I don't buy the arguments in the Giuliani campaign's recent conference call outlining their candidate's inevitable path to the Republican nomination--and not for the reasons suggested by the Romney campaign. On The Stump, Noam Scheiber argues that if Romney comes out ahead in the early primary states, Mitt could start picking up states in the Midwest and West, even Florida, Rudy's supposed "firewall." But another looming problem, seemingly unaddressed in campaign’s conference call, is the South. If Fred Thompson continues his swan dive, while Rudy keeps playing the supposed-frontrunner-who-gets-beaten, isn’t it possible that a high-spending family man like Romney could make a play in states like Mississippi and Virginia? Someone’s got to get those voters who are fleeing from Fred--why not the guy with the momentum? And with the RNC granting additional delegates to states that have voted red, Dixie has disproportionate clout. Maybe Giuliani can get away with basically ignoring Iowa and conceding first place in New Hampshire, but if Romney makes a strong showing in the South, he won’t get very far at all.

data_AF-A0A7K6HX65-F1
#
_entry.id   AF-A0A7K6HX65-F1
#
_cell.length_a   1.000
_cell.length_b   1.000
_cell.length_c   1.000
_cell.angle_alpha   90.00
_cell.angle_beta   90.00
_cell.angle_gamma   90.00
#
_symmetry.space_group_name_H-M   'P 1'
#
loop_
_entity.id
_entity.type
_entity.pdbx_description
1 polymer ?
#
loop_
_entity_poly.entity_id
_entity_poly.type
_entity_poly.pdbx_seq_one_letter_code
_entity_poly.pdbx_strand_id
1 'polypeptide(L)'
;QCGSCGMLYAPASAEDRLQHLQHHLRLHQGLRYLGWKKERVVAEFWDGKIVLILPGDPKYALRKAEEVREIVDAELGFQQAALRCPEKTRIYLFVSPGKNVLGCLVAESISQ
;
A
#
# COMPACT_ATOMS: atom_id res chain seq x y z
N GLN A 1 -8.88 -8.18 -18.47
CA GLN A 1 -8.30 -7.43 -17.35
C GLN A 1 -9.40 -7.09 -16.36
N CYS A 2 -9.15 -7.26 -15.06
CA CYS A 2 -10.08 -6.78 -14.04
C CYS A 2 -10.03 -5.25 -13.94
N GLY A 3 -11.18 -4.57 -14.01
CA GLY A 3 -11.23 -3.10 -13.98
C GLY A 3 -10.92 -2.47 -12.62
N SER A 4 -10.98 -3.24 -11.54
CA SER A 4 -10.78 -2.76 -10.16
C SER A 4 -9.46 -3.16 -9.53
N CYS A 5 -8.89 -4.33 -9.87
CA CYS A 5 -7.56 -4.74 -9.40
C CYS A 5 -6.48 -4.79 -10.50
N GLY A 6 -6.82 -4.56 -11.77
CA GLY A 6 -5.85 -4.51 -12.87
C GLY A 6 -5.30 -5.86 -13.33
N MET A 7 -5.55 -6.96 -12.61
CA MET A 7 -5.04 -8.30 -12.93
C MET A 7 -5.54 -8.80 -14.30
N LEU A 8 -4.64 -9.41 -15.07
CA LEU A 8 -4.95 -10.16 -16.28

(One more note: On the call, Rudy’s aides reportedly said that they feel good about their current second-place position in New Hampshire. What if McCain keeps climbing?)

--Ben Wasserstein